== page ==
Bats Jam Others' Echolocation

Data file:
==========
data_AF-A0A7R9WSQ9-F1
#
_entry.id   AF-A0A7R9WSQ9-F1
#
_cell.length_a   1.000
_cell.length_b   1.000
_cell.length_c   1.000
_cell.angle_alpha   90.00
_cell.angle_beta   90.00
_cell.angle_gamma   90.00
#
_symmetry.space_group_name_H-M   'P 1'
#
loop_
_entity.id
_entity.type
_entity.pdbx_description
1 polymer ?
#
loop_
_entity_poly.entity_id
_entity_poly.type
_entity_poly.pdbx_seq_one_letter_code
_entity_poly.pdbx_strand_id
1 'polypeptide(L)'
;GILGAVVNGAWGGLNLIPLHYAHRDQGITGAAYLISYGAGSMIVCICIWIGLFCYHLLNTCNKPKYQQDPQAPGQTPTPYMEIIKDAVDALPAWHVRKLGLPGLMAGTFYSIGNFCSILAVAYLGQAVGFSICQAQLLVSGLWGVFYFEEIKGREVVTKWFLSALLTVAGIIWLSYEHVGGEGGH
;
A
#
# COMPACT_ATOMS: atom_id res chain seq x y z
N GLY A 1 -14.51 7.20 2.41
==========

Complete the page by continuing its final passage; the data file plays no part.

We know that bats use echolocation to find and identify food - such as moths - in their environment. They emit a call and listen for the echo that comes back from their prey. The frequency of this call increases as they zero in on their prey. But recent recordings of bats echolocating in the southern United States captured an additional sound that coincided with that increase in frequency. It mystified the researchers, including Dr. William E. Conner, an Animal Behaviourist at Wake Forest University in Winston-Salem, North Carolina. Now, a new study has identified that sound as a secondary bat jamming the echolocation of the first bat. This enables the secondary bat to confuse the echolocation of the first bat, then move in and steal its prey.